Love is not hard work. It makes hard work easy. And relating to human beings, whether you are God, a human being, a dog or a tree, is hard work, to put it rather lightly.

    Wisdom though would be to put round pegs in round holes. Nature will tell you again and again, when you mix the wrong things together you will not get good fruit in return. Seen it enough times in my own young life, suffering man that I am.


    1. Of course. When I start to see things that way, I’ll be sure to write about it.
      Thanks for your input πŸ™‚

      P.S Spell my name as Uju, please? I feel odd seeing the ‘h’ included. Had to use it because the other wasn’t available and I wanted my name πŸ™‚


  7. Malcolm Gladwell says that hard work is a prison sentence only if it does not have meaning. I would go the distance for love if I believed it was worth it. I hope my partner would feel the same way.

    Liked by 1 person

    1. That’s the condition for our unconditionality, hoping that our partner feels the same way we do. It makes all the hurdles easier to jump if you are jumping together.
      Do we always find that?

      Liked by 1 person

    2. Quite right, Timi, you’ve got to do what you’ve got to do. πŸ™‚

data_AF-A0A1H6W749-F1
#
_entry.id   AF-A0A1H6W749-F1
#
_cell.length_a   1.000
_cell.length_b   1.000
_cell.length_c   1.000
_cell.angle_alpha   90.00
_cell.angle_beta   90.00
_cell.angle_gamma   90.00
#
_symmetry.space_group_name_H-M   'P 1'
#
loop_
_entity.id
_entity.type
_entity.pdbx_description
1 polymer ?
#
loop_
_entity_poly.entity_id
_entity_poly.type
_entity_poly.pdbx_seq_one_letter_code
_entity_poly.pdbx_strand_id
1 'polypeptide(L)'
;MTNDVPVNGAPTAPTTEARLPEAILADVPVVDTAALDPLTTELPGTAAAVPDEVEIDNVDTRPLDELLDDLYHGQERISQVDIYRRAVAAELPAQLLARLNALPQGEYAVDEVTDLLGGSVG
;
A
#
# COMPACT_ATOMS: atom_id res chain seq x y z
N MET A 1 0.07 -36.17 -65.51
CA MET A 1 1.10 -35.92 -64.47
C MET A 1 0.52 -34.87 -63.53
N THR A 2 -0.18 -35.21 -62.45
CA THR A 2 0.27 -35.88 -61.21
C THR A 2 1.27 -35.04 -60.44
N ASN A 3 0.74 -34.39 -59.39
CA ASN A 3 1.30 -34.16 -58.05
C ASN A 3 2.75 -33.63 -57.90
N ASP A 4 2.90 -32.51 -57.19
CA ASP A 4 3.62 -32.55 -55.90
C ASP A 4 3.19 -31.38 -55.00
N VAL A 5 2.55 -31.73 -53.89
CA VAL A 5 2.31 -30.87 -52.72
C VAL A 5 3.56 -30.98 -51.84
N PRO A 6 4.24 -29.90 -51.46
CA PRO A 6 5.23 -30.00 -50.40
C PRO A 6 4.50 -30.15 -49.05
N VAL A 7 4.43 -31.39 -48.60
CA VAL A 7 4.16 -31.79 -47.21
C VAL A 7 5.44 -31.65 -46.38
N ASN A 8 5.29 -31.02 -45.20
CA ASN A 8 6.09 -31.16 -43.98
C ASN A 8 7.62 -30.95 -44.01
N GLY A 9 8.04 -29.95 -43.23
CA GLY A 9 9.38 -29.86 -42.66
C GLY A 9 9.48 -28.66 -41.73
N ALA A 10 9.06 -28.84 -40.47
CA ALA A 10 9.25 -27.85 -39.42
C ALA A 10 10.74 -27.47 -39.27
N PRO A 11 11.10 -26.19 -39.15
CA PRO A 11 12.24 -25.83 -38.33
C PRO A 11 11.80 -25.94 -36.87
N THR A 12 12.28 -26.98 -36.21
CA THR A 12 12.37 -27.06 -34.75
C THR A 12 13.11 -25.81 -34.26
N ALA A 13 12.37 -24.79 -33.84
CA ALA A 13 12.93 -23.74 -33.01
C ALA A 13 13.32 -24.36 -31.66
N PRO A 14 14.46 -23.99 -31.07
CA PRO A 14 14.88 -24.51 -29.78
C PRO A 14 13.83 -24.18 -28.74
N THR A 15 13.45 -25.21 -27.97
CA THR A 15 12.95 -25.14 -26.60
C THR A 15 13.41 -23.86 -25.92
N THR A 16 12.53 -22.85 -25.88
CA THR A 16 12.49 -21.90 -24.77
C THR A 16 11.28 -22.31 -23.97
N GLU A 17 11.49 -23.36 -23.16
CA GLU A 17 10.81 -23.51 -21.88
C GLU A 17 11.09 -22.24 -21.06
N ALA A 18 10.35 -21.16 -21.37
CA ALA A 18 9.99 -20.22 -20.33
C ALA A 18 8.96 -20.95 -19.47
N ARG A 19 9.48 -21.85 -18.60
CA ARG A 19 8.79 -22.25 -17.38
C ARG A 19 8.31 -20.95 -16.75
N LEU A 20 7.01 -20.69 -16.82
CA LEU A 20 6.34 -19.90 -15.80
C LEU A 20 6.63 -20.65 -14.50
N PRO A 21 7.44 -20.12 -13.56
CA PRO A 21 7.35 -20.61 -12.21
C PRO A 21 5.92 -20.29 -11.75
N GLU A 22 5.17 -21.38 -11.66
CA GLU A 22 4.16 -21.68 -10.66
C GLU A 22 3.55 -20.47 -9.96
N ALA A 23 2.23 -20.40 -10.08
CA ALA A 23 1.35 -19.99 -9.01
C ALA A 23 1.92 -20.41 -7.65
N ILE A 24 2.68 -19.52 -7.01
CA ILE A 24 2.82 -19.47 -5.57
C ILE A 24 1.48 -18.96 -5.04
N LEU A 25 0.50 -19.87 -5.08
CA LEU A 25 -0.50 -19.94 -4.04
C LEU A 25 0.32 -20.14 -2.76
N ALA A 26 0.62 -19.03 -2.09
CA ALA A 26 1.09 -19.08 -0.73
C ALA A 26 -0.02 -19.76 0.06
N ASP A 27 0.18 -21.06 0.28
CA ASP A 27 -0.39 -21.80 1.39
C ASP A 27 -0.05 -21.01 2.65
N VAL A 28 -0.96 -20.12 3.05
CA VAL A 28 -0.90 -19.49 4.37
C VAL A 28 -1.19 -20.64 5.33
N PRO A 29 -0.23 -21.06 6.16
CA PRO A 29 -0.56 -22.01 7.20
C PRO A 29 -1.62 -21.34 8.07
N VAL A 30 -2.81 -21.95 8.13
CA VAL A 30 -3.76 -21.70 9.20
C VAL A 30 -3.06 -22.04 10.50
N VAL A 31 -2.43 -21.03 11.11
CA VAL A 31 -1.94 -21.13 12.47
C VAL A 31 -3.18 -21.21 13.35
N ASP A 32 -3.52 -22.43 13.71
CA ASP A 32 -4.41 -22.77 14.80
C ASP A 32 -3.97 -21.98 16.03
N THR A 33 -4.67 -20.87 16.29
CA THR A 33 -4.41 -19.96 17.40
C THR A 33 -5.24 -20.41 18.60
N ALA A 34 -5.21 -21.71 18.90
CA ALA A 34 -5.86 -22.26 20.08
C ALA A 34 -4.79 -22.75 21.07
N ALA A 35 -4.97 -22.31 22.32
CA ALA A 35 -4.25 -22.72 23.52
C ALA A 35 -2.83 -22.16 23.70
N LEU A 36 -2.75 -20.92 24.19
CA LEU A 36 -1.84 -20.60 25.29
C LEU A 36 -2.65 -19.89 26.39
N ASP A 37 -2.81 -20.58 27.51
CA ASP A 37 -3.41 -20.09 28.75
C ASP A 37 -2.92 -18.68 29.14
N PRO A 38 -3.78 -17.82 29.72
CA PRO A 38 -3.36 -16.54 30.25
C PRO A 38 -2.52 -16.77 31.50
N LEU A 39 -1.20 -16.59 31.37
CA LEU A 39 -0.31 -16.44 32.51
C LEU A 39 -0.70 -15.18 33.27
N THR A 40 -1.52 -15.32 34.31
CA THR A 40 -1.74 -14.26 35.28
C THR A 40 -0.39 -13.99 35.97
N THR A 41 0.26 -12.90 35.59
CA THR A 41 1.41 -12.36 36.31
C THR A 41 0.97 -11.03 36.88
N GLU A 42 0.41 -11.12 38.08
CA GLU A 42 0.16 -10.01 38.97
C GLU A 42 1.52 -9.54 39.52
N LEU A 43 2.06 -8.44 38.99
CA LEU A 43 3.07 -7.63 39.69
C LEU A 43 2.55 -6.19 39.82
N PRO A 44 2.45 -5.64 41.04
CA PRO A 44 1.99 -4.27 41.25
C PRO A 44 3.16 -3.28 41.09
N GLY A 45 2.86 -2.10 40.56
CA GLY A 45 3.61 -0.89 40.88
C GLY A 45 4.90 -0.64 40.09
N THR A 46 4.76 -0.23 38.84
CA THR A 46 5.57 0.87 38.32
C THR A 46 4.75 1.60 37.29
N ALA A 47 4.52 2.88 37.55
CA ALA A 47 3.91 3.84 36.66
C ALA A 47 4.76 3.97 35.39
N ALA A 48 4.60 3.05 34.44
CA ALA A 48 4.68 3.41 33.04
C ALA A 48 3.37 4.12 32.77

@ujuh, Timi’s right, there are no guarantees and thus no conditions for unconditionality. You just give everything and hope you get it all back. Love never actually starts with “will I get this back?” It always does with “here’s everything I’ve got, I hope it’s enough”. πŸ™‚

      @love is hard: I used to preach that sermon too. But it isn’t true. Love is the oil of relationship. You can hardly call the grease that makes it possible for parts that would otherwise damage each other by contact to work together “hard”. It’s not hard.

      I know that Love is the one lesson that we are finding really hard to grasp in our generation, so everyone really should share what they have learned by experience and make life easier for everyone else. Here’s what I’ve got:

      Psychologically, there are three parts to you, your intellect, your will and your emotions. Your intellect is the king that somehow comes up with the commands; your will is the enforcer of those commands and your emotions are your wild little children, they’re how you experience those commands.

      Like wild little children, like the wind, emotions are rude and unreliable. To build anything on them is to ensure collapse of what you build. So you do not build anything on them. You do not build anything on “chemistry”, “sizzling and crackling air” and “mind-invasion”. The reason is simple, the wind, the wild storm does not blow forever. That’s the very character of the wild, it does not stay, it is fleeting.